Interview with Bobby Seale
QUESTION 4
INTERVIEWER:

Okay, um, let's go back to police control. What went through your mind? Were you afraid of any of them? Put yourself back in that time. You're out there patrolling a police arrest. Just, just describe the incident, and what, what were feeling as, as you go through that?

BOBBY SEALE:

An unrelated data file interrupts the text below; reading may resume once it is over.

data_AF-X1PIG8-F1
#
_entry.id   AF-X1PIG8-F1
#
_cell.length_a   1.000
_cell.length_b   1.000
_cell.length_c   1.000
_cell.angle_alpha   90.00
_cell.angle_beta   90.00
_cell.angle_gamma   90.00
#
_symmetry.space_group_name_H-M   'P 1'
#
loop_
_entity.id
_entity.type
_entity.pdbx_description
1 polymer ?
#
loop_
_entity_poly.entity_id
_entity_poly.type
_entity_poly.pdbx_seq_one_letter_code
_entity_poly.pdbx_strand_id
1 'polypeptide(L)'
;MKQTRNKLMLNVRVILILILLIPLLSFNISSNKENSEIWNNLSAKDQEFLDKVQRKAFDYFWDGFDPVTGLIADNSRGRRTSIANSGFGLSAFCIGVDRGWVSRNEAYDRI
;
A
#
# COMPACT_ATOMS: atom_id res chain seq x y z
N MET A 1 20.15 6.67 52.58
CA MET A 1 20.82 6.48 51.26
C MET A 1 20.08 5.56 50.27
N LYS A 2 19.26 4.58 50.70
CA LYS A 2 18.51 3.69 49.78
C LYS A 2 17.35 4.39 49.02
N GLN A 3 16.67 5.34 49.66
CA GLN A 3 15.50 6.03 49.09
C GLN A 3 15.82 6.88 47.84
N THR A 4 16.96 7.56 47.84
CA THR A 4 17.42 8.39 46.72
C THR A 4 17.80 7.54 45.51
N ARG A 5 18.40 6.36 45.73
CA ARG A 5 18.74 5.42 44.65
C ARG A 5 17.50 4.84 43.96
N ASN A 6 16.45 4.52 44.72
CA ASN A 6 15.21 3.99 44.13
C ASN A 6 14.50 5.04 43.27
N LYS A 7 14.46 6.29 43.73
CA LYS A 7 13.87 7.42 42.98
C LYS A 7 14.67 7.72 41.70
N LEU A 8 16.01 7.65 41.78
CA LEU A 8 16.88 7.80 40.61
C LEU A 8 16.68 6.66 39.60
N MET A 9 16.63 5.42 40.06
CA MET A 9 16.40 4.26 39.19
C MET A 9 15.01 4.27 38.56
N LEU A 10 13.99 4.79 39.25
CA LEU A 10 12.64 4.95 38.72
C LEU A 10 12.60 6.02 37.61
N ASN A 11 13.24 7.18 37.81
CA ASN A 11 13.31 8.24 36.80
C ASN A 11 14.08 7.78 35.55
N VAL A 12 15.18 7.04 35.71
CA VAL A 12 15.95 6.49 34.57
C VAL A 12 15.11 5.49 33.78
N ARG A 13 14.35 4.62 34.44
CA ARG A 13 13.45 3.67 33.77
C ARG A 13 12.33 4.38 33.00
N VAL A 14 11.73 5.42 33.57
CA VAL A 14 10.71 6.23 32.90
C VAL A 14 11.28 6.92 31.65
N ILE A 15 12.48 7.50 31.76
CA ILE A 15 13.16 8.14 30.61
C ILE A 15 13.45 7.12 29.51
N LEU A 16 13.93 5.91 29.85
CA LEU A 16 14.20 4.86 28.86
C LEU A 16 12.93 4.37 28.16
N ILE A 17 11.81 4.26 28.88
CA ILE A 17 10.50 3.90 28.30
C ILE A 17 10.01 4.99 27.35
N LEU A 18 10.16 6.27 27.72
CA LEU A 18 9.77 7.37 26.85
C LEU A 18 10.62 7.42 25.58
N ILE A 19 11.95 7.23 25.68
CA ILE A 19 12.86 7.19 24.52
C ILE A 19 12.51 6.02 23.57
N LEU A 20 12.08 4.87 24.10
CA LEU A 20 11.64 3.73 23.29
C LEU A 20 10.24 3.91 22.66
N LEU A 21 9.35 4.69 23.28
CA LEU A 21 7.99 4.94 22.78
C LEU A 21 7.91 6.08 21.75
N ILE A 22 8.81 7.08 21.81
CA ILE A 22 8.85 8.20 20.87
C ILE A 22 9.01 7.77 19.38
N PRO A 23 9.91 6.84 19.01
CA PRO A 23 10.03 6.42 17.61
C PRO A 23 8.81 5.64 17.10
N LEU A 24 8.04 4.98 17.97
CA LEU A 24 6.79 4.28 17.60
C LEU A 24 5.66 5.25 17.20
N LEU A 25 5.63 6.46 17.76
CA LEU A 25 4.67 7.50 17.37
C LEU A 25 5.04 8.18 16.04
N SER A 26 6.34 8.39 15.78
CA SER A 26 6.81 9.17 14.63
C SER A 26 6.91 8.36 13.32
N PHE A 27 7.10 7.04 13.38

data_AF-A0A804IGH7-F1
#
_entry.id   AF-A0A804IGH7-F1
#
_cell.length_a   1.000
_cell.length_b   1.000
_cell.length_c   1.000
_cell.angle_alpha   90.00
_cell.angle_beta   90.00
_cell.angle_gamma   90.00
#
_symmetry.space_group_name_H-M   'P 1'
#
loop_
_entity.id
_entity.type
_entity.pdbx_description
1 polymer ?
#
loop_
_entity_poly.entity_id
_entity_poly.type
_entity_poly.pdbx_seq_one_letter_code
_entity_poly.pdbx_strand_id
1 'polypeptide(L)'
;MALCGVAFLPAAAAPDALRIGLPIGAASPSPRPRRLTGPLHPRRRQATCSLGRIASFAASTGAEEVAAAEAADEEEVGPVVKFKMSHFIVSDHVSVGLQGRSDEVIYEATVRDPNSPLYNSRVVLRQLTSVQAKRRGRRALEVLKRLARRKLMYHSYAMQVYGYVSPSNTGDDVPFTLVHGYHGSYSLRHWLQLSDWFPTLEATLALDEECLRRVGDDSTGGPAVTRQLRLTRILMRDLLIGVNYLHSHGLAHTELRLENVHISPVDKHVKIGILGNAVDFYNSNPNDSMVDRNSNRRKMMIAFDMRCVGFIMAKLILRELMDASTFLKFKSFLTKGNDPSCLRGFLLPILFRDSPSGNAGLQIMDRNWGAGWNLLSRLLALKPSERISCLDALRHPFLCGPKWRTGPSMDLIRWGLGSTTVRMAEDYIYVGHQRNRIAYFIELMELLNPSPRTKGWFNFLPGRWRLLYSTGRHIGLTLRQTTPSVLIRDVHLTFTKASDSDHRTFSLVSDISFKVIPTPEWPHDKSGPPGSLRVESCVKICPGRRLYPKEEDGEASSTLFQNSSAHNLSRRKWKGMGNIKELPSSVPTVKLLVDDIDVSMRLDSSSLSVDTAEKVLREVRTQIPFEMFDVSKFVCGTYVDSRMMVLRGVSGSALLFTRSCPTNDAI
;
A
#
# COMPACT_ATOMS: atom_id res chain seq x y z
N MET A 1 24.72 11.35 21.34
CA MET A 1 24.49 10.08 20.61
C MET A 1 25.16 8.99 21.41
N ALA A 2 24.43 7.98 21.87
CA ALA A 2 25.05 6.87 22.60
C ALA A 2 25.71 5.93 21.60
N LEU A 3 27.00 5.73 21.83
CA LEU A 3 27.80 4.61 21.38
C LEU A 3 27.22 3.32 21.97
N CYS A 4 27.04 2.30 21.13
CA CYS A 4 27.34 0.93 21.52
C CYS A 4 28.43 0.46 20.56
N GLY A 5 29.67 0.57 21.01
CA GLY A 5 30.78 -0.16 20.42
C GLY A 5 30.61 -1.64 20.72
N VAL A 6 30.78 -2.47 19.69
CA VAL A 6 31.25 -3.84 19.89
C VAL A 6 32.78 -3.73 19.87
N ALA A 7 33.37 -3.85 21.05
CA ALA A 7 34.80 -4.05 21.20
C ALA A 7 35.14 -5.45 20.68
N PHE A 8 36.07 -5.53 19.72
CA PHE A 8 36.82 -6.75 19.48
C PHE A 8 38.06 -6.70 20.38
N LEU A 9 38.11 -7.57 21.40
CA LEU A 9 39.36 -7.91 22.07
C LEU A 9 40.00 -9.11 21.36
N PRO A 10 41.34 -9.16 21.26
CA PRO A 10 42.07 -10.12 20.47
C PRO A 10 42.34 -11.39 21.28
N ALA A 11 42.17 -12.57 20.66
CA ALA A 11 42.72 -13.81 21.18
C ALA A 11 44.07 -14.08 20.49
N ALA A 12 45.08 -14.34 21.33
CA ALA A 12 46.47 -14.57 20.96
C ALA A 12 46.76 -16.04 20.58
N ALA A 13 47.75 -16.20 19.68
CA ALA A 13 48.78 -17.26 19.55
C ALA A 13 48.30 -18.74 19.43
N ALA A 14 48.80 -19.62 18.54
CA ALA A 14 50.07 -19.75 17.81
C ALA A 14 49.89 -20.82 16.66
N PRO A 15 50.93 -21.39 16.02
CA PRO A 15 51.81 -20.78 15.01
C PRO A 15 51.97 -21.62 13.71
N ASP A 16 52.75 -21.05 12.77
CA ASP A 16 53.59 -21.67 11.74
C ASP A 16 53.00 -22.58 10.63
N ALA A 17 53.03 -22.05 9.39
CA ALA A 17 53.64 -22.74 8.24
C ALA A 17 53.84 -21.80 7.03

Well, you're dealing with patrolman, policeman, when we decided to that at first, at first, I mean. First we had to accept the fact that we may get killed or go to jail. Ah, but we were all so sensitive to the fact that peaceful demonstrators was being brutalized all across this country, that their rights were being violated. And when we decided to do that, you have to remember we were dealing with clear-cut, fine points of the law. And as long as the weapon was not concealed, so we felt secure there, than we weren't violating the law. We studied all the gun laws. We knew them very well. And when you walk up suddenly, you know, when we started patrolling the police, six or seven of us and I think we had one sister, she had a, she was packing a pistol, and I had a pistol, and Huey had a shotgun, and our uniforms, and we had a Ten-Point Platform and Program copies of that taped recorded, and law books, and I remember one of these first events when we got out of a car, we saw policemen, you know, making an arrest of some kind about 20 or 30 people in the community standing to the side watching and the Black folks, one of them says, "Hey, who are these people? Hey, man, these guys are--Hey man, I'm going to move out of here, these guys got guns." And stuff like that.**, and so Huey says, "No, brothers and sisters it's not necessary to leave. This is a new organization, the Black Panther Party, we here observe these police in the community, make sure there's not going to be any more police brutality." And little Bobby Hutton passed out some of the Ten-Point Platforms and Programs which all have applications to join, and, ah, it came down to some point where the policeman says, "What are you doing with those guns?" and Huey says, "Well we got them to defend ourselves and to observe you." And the police, "You have no right to observe me." And Huey with all this law study, because he was in night law school at the time, "Ah, California State Supreme Court ruling state--states that everyone has a right to observe a police officer carrying out his duty as long as they stand a reasonable distance away. And a reasonable distance was constituted in that particular California Supreme Court Ruling as 8 to 10 feet. I'm standing approximately 22 feet from you. I will observe you carrying out your duties whether you like it or not." And the Black community is saying, "Well go ahead on and tell it.".** Well, I mean what you're doing here is that you have a nervousness about it at first a bit but with the community's reaction, which is really what your objective is, it gives you a good feeling that you're right. The guns are loaded. They're not pointing at anyone because we also know California Penal Code, you can't even play around, play around and, ah, point a loaded weapon at anyone because it constitutes assault with a deadly weapon. So really I begin to feel secure with our posture, particularly with the people around, the Black community who stayed around to watch this and to see the police back down. And after we learn, after a few, couple of months, that these police are trying to figure out where they can catch us illegally. I mean we studied the law much more clearly to find out we was clearly right. Ultimately, they made a law against us, to stop us from carrying guns. That's how legal we were.